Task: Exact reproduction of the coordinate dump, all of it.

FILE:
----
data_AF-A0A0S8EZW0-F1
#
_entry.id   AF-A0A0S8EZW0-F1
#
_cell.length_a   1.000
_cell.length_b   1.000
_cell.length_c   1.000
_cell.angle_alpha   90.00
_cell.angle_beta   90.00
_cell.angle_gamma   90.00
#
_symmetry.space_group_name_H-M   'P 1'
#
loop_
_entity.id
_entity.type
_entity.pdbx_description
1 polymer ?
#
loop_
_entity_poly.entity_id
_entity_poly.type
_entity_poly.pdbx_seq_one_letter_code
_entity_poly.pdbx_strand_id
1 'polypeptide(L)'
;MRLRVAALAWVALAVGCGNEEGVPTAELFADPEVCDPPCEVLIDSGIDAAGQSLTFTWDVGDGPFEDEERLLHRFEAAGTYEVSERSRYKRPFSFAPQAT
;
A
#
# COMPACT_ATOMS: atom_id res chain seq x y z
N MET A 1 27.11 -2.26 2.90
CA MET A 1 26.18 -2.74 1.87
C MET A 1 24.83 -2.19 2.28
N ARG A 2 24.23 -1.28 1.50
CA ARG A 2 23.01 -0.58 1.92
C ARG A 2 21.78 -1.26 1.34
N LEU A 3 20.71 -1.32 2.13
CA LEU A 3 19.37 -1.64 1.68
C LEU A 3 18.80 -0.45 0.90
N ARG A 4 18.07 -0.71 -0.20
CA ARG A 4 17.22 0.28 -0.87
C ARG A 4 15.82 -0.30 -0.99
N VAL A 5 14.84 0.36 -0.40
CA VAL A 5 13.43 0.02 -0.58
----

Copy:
data_AF-A0A0S8EZW0-F1
#
_entry.id   AF-A0A0S8EZW0-F1
#
_cell.length_a   1.000
_cell.length_b   1.000
_cell.length_c   1.000
_cell.angle_alpha   90.00
_cell.angle_beta   90.00
_cell.angle_gamma   90.00
#
_symmetry.space_group_name_H-M   'P 1'
#
loop_
_entity.id
_entity.type
_entity.pdbx_description
1 polymer ?
#
loop_
_entity_poly.entity_id
_entity_poly.type
_entity_poly.pdbx_seq_one_letter_code
_entity_poly.pdbx_strand_id
1 'polypeptide(L)'
;MRLRVAALAWVALAVGCGNEEGVPTAELFADPEVCDPPCEVLIDSGIDAAGQSLTFTWDVGDGPFEDEERLLHRFEAAGTYEVSERSRYKRPFSFAPQAT
;
A
#
# COMPACT_ATOMS: atom_id res chain seq x y z
N MET A 1 27.11 -2.26 2.90
CA MET A 1 26.18 -2.74 1.87
C MET A 1 24.83 -2.19 2.28
N ARG A 2 24.23 -1.28 1.50
CA ARG A 2 23.01 -0.58 1.92
C ARG A 2 21.78 -1.26 1.34
N LEU A 3 20.71 -1.32 2.13
CA LEU A 3 19.37 -1.64 1.68
C LEU A 3 18.80 -0.45 0.90
N ARG A 4 18.07 -0.71 -0.20
CA ARG A 4 17.22 0.28 -0.87
C ARG A 4 15.82 -0.30 -0.99
N VAL A 5 14.84 0.36 -0.40
CA VAL A 5 13.43 0.02 -0.58